Obtaining a family order to exercise grandparents’ rights

On behalf of Peterson Stark Scott posted in Family Law on May 15, 2015.

Divorce and other conflicts between British Columbia couples can disrupt several relationships within a family. Children must adapt to the parents’ separation. Grandparents may lose contact with grandchildren when a parental dispute locks them out of regular visits.

Provincial family law and the Canadian Divorce Act allow grandparents to file formal petitions for court-ordered approval to see grandchildren. However, grandparents’ rights to grandchild contact, as stipulated under provincial laws, or access, as outlined in the federal Divorce Act, is not guaranteed. A court must determine the continuance of a grandparent-grandchild relationship is good for the child.

Parents, known in legal terms as guardians, have a great deal of authority over who may interact with their children. Courts honor this bond while considering whether a grandparent’s presence in child’s life is beneficial. A parental decision to limit or ban contact between grandparents and grandchildren can influence a judge’s ruling.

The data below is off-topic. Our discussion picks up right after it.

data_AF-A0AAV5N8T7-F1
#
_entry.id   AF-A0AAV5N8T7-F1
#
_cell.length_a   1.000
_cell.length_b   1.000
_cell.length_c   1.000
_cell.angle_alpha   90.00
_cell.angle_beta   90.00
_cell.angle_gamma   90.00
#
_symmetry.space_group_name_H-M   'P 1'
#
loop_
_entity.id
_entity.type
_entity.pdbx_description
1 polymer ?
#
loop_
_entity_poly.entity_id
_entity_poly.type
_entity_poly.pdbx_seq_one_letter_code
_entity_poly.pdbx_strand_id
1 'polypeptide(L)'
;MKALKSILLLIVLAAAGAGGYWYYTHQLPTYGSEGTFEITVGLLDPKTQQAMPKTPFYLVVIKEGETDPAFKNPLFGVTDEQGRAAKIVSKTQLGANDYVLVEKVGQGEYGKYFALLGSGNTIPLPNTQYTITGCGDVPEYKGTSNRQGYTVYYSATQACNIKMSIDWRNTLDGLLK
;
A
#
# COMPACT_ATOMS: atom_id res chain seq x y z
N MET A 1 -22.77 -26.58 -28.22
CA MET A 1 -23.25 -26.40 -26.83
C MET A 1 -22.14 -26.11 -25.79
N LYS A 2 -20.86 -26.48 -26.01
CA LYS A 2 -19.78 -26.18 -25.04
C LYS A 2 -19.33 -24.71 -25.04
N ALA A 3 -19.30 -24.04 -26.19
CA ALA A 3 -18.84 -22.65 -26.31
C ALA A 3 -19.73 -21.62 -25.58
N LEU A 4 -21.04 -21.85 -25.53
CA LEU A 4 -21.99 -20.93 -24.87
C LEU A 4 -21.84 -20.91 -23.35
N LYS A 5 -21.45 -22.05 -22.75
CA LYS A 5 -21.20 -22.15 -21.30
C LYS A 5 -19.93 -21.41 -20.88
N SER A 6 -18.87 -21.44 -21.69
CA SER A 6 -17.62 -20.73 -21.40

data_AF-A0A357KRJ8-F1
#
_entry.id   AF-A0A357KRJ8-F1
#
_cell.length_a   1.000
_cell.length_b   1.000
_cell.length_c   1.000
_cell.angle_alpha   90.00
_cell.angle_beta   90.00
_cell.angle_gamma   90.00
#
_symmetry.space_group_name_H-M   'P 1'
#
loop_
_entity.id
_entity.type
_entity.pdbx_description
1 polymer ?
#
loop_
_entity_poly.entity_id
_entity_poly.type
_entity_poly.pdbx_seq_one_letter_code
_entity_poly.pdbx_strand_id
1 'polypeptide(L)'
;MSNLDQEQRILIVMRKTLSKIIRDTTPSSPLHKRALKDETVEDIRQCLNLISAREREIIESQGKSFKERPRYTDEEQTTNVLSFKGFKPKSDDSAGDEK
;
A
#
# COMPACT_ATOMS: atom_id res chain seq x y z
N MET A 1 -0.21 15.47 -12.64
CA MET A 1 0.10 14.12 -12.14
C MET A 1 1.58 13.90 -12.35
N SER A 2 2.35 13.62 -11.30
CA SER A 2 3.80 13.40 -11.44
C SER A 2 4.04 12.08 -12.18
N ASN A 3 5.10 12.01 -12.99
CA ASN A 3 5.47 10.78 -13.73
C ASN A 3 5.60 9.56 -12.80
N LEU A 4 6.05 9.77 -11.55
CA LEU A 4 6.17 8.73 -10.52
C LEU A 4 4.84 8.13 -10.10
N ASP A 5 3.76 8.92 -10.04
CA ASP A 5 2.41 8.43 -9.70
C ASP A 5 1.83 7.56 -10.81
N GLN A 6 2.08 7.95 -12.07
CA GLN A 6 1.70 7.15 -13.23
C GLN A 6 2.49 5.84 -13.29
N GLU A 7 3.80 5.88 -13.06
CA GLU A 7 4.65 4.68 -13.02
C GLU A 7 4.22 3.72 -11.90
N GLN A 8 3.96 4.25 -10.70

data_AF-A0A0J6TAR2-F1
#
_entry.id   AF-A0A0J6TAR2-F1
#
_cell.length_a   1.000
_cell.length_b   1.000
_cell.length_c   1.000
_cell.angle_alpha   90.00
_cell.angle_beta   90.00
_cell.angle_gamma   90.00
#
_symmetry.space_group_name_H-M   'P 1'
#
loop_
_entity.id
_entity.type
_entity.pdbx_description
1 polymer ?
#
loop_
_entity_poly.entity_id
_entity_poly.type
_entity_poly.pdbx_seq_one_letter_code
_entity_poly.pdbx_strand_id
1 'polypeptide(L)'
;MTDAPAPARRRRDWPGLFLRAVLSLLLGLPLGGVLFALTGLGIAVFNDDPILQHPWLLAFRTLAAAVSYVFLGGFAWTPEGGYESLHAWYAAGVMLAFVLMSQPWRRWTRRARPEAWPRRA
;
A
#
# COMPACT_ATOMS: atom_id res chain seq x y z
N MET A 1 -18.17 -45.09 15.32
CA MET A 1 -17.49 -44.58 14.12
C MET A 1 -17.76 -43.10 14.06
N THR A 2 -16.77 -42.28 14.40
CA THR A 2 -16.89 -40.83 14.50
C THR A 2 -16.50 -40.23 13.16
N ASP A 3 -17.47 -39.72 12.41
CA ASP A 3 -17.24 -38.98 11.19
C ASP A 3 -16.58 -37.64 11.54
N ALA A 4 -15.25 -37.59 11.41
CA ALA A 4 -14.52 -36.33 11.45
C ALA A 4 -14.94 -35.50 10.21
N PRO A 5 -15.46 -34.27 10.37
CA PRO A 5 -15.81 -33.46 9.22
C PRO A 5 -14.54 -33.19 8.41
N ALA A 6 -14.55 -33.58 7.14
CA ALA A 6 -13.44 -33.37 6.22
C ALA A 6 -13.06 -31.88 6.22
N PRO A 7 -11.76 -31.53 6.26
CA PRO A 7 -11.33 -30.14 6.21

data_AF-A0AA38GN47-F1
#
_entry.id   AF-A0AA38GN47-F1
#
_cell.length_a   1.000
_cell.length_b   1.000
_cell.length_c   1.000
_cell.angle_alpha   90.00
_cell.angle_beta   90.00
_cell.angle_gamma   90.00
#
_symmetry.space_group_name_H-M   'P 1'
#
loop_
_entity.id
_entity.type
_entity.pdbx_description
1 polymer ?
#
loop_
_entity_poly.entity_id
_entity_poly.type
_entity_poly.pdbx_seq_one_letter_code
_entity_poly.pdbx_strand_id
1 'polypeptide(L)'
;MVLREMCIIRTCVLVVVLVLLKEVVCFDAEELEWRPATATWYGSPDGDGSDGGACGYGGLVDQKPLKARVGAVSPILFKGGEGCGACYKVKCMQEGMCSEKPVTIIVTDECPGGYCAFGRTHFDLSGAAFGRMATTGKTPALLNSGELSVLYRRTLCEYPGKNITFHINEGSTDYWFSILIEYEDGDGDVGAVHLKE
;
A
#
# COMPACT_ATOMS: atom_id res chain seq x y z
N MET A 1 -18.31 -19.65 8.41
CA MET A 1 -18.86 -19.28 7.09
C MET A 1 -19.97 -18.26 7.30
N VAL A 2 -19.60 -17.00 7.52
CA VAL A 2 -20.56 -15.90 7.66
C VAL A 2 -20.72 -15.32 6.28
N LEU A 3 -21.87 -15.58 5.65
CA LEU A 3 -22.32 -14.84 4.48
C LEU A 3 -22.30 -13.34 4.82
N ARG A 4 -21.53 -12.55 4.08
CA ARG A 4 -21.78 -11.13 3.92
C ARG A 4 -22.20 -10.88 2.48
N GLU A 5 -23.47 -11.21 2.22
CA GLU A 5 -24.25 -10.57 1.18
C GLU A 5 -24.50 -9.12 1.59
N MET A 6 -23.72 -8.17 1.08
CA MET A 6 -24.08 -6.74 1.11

The bottom line in these cases is whether the interests of a child or children will be served when a grandparent relationship is resumed or sustained. The deciding factors are not what parents or grandparents desire, although these opinions are considered. If a case ends up in court, the grandparent is responsible for providing proof an ongoing relationship is for the child’s welfare.

Rushing out to file a grandchild contact or access court order may not be necessary, if grandparents are willing to come to some sort of compromise with the parents. You may ask a court to make sure a grandparent access provision is included in the parents’ divorce agreement.

Family justice counsellors and mediators also can help relatives forge agreements about the boundaries of grandparent and grandchild relationships. Keep in mind grandparent access is not structured in the same way as parental contact. You can discuss the restrictions of grandparent access, along with filing and resolution options, at length with an attorney.

Source: Family Law in British Columbia, “Children’s right to time with grandparents,” accessed May 15, 2015

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